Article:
Web Extra Thursday, June 17, 2004

To Mars and beyond

The President's Commission on the Moon, Mars and Beyond presented its recommendations to the administration Wednesday morning, on how to proceed with the president's sweeping plan for future space travel. The main guidance offered by the commission included privatizing and reorganizing NASA, aimed toward increased science education and innovation.

An artist's rendition of a possible future human expedition to Mars. Image courtesy of NASA/PatRawlings.

Put together over the past four months, the report presents 14 points, including suggestions on how to change NASA organizationally and culturally. The commission determined that NASA is "stuck in an Apollo mindset," said Neil deGrasse Tyson, director of the Hayden Planetarium in New York City, at a press conference held directly after commission members presented their report to Vice President Dick Cheney. NASA has operated in the same fashion since the 1960s, maintaining a way of thinking the commission deemed overly bureaucratic and inefficient.

In order to shuck that outlook, the commission — which is composed of corporate chief executive officers, former military, politicians and scientists — laid out specific management approaches based on business models. Tyson said he sees "this vision as bringing on an age of entrepreneurship," in the same way that personal computers developed in garages in the 1980s.

Several commission members visited NASA's centers across the country, said Laurie Leshin of Arizona State University, who commended the employees working there. However, she said, the centers "need to be more nimble," for example, in finding and embracing new technologies. The commission strongly encouraged adopting the Federally Funded Research and Development Centers model, known as FFRDCs, for all NASA centers, which they said is epitomized by the success of the Jet Propulsion Lab (JPL) in Pasadena, Calif. By contracting out to small businesses for satellite development and other needs, JPL has completed a variety of space missions while giving back to the community, commission members said, as well as providing a market for small companies' products.

The members also recommended following the Department of Defense organizational structure and creating an institute within NASA to pursue cutting edge technology, patterned after the Defense Department's DARPA, a think tank and research organization. With regard to funding, the members suggested a "pay-as-you-go" mentality, instead of tallying up the total cost for each mission. But how Congress receives the report and chooses to fund NASA, which is already undergoing some administrative reorganization, remains to be seen.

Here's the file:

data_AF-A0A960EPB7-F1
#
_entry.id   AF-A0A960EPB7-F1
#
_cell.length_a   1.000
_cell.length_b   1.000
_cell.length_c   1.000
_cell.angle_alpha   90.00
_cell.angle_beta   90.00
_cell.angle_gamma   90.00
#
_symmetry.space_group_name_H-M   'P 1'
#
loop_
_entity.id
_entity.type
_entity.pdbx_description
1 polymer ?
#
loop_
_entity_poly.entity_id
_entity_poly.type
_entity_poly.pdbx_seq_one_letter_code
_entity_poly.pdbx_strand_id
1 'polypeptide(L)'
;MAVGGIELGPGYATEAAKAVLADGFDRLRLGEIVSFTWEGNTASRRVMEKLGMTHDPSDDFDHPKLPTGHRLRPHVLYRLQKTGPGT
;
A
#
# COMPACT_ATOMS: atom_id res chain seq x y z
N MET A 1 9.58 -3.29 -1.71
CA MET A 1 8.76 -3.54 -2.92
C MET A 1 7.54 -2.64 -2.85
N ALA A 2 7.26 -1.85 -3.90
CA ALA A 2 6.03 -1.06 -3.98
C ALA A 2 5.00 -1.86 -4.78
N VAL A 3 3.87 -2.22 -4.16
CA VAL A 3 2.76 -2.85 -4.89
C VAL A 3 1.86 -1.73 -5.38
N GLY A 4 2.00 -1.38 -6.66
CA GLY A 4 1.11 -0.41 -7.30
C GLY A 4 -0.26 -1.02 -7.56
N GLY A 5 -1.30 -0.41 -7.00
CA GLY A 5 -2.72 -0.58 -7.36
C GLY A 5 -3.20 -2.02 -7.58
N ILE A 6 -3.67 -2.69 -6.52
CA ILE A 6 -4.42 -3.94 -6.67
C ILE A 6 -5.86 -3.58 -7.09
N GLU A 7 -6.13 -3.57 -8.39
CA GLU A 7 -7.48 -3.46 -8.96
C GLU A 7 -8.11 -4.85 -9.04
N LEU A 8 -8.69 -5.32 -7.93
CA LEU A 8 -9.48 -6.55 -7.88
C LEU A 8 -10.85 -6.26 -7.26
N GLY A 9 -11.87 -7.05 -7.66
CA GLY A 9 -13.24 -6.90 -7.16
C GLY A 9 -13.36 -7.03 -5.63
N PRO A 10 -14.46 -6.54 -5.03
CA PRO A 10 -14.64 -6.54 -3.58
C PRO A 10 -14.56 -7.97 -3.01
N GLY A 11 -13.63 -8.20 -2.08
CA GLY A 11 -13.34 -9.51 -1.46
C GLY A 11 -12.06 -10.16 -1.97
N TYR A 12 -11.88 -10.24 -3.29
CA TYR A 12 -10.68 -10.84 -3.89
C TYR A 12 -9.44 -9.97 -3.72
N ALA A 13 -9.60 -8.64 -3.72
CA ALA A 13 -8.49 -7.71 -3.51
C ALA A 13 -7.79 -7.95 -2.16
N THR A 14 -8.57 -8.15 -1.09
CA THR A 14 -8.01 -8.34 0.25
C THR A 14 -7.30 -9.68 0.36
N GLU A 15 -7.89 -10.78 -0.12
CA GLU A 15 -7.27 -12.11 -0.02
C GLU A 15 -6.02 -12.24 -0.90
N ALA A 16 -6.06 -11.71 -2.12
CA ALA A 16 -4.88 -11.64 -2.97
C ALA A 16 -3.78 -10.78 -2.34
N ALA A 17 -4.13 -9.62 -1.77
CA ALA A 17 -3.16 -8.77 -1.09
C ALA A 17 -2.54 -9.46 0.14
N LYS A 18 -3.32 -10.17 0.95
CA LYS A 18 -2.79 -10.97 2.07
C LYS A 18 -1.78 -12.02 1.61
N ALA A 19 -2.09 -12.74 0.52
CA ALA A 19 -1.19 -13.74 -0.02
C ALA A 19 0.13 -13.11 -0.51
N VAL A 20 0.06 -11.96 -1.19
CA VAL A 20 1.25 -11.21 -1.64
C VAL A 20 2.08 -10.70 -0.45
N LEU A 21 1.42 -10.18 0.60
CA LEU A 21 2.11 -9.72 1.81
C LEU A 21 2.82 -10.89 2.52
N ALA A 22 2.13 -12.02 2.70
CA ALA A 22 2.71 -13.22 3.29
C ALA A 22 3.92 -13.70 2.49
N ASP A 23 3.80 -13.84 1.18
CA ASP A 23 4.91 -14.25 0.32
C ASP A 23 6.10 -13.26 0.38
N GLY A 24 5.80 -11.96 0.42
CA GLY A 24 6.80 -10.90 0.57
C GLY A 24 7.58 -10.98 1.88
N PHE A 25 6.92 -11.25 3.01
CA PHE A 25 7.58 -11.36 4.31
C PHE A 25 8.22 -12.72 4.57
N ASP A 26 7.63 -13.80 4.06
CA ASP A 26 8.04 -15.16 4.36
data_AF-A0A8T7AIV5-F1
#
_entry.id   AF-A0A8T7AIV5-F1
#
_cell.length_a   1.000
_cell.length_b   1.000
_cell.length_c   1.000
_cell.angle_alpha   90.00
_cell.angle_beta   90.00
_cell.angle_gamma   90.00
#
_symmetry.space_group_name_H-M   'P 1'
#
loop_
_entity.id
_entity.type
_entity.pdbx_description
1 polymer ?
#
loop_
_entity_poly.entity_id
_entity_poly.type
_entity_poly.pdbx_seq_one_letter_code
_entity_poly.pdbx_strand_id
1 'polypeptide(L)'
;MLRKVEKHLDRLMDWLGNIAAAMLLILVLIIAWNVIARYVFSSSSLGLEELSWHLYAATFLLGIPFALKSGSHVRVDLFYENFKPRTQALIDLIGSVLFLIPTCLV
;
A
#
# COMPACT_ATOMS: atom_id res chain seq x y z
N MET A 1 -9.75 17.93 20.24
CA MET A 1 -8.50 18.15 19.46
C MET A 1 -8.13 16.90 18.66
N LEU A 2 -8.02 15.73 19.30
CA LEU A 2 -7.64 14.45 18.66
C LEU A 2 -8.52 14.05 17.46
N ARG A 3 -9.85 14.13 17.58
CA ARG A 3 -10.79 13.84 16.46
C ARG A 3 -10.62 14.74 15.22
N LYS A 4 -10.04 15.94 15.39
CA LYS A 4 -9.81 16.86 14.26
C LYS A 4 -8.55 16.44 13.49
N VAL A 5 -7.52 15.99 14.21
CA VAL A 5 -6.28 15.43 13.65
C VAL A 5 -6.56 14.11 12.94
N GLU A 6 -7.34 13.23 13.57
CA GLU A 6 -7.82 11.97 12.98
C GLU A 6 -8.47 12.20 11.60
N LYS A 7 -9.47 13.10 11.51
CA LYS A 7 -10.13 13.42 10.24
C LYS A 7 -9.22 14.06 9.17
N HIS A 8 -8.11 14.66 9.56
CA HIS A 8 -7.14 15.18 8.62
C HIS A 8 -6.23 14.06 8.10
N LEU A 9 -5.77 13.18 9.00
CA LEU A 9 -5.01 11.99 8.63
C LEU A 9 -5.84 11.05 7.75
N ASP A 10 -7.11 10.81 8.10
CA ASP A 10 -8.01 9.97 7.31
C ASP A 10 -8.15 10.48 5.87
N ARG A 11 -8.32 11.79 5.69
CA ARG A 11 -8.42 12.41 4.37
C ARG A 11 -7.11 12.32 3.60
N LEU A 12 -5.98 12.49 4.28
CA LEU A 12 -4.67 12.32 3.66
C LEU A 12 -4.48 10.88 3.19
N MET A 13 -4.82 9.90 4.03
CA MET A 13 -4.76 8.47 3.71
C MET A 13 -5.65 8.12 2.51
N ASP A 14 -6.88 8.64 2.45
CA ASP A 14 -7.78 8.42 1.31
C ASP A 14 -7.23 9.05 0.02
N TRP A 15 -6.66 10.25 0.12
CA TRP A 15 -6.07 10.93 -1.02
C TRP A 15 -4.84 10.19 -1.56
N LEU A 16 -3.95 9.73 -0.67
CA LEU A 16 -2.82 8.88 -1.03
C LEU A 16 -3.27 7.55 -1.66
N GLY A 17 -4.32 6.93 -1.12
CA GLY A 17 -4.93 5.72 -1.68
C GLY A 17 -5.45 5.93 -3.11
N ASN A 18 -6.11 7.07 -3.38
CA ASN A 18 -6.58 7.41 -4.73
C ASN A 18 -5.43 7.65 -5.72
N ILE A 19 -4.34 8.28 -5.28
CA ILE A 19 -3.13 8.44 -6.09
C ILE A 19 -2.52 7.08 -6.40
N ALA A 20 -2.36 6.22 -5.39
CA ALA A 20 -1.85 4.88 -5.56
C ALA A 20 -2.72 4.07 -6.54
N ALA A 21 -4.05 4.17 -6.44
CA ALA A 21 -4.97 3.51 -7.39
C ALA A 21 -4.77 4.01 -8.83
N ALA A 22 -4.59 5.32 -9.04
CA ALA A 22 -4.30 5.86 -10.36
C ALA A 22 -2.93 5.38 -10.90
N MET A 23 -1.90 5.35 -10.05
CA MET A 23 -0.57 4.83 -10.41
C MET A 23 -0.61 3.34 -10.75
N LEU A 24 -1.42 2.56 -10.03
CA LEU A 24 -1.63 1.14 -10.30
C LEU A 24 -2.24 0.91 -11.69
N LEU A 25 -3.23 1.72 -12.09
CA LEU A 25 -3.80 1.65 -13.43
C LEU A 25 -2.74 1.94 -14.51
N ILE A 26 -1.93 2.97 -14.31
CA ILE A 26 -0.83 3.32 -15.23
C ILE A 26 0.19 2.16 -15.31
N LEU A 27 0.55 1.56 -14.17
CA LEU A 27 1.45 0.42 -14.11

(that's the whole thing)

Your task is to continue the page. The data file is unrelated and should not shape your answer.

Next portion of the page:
The future space program, the commission concluded, could be the future of technology development and science education in the United States. By enhancing private company involvement, the committee said in its report, NASA could harness the ingenuity of small businesses while stimulating interest and growth in science careers, an arena in which the United States has been lagging, according to a recent report by the National Academy of Sciences.

Privatization also will allow NASA to slough off projects that do not directly apply to the mission of getting humans and robots to Mars and beyond, said Commission Chair Pete Aldridge. "Some things NASA doesn't need to do," he noted. Private companies would take over launching satellites under the new plan, although Aldridge said that launching humans into space should remain under the auspices of the space administration.

Tyson said that transforming NASA's mission is a "legacy question." The report, he said, "is not simply how to reorganize NASA. It contains recipes for bringing along the public." Travel to the Moon and Mars, whether by robots or humans, belongs to the public, he said, not to NASA or the scientists that use the data. That concept is evidenced by the outpouring of laypeople's support when NASA announced it would not repair the aging Hubble Space Telescope earlier this year.

Indeed, Maria Zuber of MIT said the commission began with the most fundamental questions in the report: "Why do you want to do this to begin with?" Although scientific questions and exploration are the nominal reasons for going to space, the commission listed American leadership, education, technology training and keeping good technology jobs in the United States as their goals before even addressing science in their report.

When questioned about the place of the earth sciences in NASA's future programs, Aldridge said that they must remain integral to the administration's new mission. Other agencies may not be able to accomplish certain tasks as cheaply, "with the recognition of synergies" between atmosphere, geology and space travel, he indicated. To get to another planet, he said, missions "have to exit and enter atmospheres," which will require aeronautics as well as planetary science, for example, something that NOAA or the U.S. Geological Survey may not be equipped to consider.

Additionally, Zuber said the commission discussed the importance of continuing climate change, natural hazards and other earth science research under NASA. "But we did also say that some highly regarded science programs don't fit in. In those cases, we suggested these programs go to other agencies that can do them justice, along with their budgets," she said. The committee did not name specific programs to disburse, but listed the science priorities they thought should be addressed by NASA, including the Big Bang and the origins of life.

In an interview after the press conference, Zuber said she herself supports keeping all NASA's programs intact. She also says that this reorganization is an opportunity for earth scientists to "get in that room" and "articulate earth science's importance" to space exploration.

Naomi Lubick

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